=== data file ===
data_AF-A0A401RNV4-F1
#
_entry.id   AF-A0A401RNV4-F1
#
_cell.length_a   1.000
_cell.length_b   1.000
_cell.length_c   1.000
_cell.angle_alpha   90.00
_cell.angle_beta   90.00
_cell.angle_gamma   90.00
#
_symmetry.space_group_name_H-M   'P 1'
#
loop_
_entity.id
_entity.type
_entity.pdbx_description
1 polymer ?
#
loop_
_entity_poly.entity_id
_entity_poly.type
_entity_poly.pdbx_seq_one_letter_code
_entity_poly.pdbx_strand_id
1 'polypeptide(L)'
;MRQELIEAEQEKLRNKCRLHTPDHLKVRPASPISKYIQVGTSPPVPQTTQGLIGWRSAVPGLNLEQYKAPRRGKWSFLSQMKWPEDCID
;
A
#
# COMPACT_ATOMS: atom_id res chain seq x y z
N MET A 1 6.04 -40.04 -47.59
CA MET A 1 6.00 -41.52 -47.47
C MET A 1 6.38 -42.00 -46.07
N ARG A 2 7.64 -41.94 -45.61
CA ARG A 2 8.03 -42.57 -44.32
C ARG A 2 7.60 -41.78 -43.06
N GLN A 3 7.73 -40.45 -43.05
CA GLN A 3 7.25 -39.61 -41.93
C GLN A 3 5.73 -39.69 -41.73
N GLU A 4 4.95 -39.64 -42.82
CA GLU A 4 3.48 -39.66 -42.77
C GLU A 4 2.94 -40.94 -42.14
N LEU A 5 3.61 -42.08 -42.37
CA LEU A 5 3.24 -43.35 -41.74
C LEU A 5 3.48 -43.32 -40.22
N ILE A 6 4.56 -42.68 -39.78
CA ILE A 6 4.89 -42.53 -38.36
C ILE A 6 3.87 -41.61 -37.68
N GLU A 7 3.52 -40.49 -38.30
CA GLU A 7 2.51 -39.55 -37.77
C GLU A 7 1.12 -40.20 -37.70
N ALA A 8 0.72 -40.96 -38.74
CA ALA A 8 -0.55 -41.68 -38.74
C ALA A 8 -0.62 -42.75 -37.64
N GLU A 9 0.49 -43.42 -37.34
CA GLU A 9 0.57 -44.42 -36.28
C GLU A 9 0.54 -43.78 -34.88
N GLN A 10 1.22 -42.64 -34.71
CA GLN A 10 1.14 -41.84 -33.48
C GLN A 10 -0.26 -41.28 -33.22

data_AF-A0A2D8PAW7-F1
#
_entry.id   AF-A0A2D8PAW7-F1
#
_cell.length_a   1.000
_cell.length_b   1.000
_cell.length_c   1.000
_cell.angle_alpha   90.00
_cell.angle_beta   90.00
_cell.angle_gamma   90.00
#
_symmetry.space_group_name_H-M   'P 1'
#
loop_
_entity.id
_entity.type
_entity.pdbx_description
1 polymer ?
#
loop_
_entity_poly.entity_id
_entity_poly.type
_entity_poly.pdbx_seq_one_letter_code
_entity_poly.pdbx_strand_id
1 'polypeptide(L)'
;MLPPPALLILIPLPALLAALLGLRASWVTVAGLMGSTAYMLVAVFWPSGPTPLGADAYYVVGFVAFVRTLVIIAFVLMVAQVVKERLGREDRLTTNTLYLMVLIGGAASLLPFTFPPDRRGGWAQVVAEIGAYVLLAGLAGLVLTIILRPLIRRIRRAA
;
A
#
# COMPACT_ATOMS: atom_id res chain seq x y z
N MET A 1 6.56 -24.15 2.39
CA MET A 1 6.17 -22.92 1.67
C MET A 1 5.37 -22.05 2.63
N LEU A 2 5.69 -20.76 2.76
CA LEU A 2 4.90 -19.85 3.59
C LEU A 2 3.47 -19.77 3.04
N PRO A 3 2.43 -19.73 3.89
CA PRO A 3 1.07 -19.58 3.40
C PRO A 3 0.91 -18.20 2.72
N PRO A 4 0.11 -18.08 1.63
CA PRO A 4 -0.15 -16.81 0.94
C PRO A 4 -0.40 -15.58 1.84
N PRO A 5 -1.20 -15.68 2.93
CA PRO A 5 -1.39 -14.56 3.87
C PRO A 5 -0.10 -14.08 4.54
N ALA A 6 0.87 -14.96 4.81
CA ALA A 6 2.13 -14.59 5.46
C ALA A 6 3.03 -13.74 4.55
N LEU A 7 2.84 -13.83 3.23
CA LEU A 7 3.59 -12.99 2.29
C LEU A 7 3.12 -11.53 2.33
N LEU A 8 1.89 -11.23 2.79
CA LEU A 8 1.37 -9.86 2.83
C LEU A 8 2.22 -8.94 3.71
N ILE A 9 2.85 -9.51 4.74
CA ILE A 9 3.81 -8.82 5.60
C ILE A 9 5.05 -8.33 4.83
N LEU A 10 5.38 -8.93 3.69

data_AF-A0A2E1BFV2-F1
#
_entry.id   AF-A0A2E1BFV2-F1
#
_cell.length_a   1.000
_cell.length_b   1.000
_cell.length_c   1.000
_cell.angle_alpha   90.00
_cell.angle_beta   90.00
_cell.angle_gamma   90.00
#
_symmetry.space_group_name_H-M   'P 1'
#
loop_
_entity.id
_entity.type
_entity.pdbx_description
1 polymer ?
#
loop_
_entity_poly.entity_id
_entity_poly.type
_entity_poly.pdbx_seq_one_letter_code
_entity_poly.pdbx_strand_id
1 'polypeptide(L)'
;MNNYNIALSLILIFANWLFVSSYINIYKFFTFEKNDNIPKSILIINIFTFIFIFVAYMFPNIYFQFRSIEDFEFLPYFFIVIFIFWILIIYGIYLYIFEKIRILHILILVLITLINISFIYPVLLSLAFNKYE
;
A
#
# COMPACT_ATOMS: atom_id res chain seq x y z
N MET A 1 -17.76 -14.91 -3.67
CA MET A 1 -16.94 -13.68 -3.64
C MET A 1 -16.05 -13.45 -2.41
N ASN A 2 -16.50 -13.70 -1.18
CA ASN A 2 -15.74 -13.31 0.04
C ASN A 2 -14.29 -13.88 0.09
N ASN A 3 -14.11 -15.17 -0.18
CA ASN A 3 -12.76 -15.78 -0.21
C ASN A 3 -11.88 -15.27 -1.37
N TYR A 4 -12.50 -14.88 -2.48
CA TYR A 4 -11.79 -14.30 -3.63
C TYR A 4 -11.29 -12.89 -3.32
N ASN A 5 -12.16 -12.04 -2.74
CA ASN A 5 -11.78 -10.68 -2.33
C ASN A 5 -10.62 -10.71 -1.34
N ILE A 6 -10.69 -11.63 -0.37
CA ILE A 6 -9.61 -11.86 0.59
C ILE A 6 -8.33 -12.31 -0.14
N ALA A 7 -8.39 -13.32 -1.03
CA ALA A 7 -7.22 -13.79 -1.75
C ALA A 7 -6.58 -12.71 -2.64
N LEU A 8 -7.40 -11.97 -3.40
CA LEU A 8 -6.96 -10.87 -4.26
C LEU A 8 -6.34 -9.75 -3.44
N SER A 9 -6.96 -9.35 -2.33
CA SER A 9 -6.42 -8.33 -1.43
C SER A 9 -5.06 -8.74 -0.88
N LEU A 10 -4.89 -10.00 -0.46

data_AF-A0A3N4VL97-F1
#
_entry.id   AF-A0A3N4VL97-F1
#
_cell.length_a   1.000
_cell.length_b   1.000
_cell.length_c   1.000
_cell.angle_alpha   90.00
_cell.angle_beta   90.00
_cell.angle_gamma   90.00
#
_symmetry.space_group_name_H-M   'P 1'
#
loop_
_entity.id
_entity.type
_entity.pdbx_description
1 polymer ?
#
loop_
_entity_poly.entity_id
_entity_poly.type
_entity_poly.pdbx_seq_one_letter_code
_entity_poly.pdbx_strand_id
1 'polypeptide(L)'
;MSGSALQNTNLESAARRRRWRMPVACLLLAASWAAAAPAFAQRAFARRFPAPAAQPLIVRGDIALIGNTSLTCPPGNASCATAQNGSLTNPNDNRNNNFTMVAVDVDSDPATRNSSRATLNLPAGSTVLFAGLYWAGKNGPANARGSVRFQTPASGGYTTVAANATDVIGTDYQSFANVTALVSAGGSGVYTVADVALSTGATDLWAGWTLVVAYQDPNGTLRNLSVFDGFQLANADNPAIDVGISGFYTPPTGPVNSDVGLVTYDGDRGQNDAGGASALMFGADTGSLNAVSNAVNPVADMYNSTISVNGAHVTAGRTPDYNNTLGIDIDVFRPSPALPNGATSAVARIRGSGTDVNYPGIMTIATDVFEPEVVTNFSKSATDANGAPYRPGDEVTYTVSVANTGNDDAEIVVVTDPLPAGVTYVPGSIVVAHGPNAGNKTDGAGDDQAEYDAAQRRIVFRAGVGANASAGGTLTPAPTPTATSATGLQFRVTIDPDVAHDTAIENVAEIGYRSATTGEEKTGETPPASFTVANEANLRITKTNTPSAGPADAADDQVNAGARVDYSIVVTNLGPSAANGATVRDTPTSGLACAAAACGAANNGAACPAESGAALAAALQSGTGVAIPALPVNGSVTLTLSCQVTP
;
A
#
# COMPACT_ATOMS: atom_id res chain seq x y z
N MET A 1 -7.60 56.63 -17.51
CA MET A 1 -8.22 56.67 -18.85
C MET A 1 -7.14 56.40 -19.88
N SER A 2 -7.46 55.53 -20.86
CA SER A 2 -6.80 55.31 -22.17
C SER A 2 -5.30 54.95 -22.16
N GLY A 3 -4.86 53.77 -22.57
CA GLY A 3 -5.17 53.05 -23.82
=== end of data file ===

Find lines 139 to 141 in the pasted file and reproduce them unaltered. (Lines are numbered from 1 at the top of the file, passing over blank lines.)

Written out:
_entity_poly.entity_id
_entity_poly.type
_entity_poly.pdbx_seq_one_letter_code